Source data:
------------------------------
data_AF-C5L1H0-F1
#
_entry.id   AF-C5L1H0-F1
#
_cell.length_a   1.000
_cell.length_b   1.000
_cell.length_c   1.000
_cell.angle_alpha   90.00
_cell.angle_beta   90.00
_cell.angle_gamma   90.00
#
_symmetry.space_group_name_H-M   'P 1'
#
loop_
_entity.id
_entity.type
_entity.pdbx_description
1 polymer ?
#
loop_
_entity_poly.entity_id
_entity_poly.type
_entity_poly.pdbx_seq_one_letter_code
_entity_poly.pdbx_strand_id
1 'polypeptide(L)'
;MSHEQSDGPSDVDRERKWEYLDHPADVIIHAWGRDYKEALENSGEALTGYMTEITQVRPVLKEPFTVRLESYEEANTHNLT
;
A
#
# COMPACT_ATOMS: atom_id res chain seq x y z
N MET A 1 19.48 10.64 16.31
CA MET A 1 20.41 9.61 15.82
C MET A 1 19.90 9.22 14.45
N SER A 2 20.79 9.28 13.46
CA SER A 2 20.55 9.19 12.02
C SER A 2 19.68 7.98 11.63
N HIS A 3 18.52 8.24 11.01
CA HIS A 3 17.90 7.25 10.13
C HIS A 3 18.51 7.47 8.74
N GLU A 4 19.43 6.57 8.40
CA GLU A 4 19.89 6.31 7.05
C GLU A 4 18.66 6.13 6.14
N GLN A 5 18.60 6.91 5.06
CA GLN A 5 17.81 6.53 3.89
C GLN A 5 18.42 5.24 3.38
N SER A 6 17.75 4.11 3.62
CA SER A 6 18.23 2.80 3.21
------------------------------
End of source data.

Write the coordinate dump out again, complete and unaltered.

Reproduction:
data_AF-C5L1H0-F1
#
_entry.id   AF-C5L1H0-F1
#
_cell.length_a   1.000
_cell.length_b   1.000
_cell.length_c   1.000
_cell.angle_alpha   90.00
_cell.angle_beta   90.00
_cell.angle_gamma   90.00
#
_symmetry.space_group_name_H-M   'P 1'
#
loop_
_entity.id
_entity.type
_entity.pdbx_description
1 polymer ?
#
loop_
_entity_poly.entity_id
_entity_poly.type
_entity_poly.pdbx_seq_one_letter_code
_entity_poly.pdbx_strand_id
1 'polypeptide(L)'
;MSHEQSDGPSDVDRERKWEYLDHPADVIIHAWGRDYKEALENSGEALTGYMTEITQVRPVLKEPFTVRLESYEEANTHNLT
;
A
#
# COMPACT_ATOMS: atom_id res chain seq x y z
N MET A 1 19.48 10.64 16.31
CA MET A 1 20.41 9.61 15.82
C MET A 1 19.90 9.22 14.45
N SER A 2 20.79 9.28 13.46
CA SER A 2 20.55 9.19 12.02
C SER A 2 19.68 7.98 11.63
N HIS A 3 18.52 8.24 11.01
CA HIS A 3 17.90 7.25 10.13
C HIS A 3 18.51 7.47 8.74
N GLU A 4 19.43 6.57 8.40
CA GLU A 4 19.89 6.31 7.05
C GLU A 4 18.66 6.13 6.14
N GLN A 5 18.60 6.91 5.06
CA GLN A 5 17.81 6.53 3.89
C GLN A 5 18.42 5.24 3.38
N SER A 6 17.75 4.11 3.62
CA SER A 6 18.23 2.80 3.21